S. Carey: All We Grow
Bon Iver founding member, S. Carey has a degree in classical percussion from the University of Wisconsin – Eau Claire. In Jazz, drummers often get album’s credited to them (think Max Roach) but unless you are Ringo Starr rock drummers do not have solo albums traditionally. Despite the lack of precedence, S Carey tries to shift the paradigm with his solo debut, All We Grow.
What is most immediately shocking about All We Grow is its lack of percussion. It takes until the third track, “In the Dirt” until there is any sort of percussion and even then it is hand-claps. Although after about half a minute, there are some sparsely added bass drum but then a minute and a half into the five and a half minute song, all percussion ends. Although percussion does return to add to the songs climax at the very end, it is odd for an album I expected to be extremely percussive.
The other thing that struck me about the album is how much it reminds me of The Microphones‘ The Glow Pt 2. Carey’s fragile vocals could not be more Elvrum-esque and the songs’ structure are similar to the Microphones as well. The tracks on the album do not follow the tradition verse-chorus-bridge format. Instead the songs are written like jazz or classical music, they go through movements and occasionally follow a theme and variation format. The album has a little more of chamber pop edge than the Microphones ever engaged in. Esoteric use of woodwinds (most notably oboe), xylophone, and piano add to the symphonic mood of the album. This and the structure makes for an interesting listen but not necessarily a listen that pop music consumers will understand.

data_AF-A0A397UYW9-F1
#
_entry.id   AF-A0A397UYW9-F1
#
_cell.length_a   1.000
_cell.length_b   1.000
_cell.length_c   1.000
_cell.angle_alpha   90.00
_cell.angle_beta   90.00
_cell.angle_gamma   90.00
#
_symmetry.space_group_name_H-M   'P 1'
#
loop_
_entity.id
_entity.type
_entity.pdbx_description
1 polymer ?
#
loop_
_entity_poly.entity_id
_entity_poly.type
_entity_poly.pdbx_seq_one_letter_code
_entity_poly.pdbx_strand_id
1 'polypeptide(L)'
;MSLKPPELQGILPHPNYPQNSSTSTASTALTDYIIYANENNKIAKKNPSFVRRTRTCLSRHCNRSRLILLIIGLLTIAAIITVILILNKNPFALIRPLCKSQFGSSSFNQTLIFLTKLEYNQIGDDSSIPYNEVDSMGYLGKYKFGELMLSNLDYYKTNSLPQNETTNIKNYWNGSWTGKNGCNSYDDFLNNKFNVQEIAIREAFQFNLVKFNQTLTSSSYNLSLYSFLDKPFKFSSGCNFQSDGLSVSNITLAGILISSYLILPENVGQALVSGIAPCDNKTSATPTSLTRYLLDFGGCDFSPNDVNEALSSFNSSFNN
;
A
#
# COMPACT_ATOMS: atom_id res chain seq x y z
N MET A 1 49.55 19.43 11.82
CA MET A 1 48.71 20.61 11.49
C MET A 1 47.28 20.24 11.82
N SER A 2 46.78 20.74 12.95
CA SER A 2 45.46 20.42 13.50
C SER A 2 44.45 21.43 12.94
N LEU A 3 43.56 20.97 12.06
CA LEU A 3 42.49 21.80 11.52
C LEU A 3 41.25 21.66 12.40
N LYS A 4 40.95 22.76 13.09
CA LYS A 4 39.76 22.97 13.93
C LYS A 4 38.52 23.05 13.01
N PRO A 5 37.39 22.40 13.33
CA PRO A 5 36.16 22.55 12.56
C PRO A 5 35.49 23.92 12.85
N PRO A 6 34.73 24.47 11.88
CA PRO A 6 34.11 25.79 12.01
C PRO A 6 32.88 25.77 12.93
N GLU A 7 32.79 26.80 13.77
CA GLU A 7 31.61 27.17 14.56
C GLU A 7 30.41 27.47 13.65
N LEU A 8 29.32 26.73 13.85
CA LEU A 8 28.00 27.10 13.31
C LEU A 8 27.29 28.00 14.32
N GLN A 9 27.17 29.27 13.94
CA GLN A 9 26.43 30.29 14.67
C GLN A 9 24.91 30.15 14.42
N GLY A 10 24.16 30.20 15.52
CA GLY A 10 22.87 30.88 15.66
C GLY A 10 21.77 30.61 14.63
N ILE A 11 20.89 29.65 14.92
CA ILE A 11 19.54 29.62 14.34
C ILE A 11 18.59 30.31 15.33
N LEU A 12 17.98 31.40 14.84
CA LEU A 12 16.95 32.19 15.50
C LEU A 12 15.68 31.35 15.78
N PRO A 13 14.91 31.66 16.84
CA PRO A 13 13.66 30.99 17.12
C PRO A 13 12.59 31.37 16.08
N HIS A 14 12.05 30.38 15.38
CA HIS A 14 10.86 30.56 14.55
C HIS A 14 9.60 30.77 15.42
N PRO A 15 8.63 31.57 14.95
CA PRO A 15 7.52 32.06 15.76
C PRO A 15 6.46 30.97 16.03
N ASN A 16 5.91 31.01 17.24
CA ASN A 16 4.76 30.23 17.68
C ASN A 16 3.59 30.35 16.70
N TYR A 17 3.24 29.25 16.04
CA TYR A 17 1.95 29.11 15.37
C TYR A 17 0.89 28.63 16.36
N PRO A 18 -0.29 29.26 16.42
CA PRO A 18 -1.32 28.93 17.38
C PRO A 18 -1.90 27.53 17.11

With that said, I do not think All We Grow‘s main constituency is supposed to be pop music consumers. Although Bon Iver is fairly popular, they are not *NSYNC (how is that for topical and up-to-date?). For fans of Bon Iver’s unique mix of folk and indie rock, S. Carey’s debut should fit well into their collection. For me, the album is almost too subdued. I had the same problem with Bon Iver’s critically celebrated debut For Emma, Forever Ago. The album was interesting for one listen, but I found its relistenability low.
MP3: S. Carey “In the Dirt”
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S. Carey: All We Grow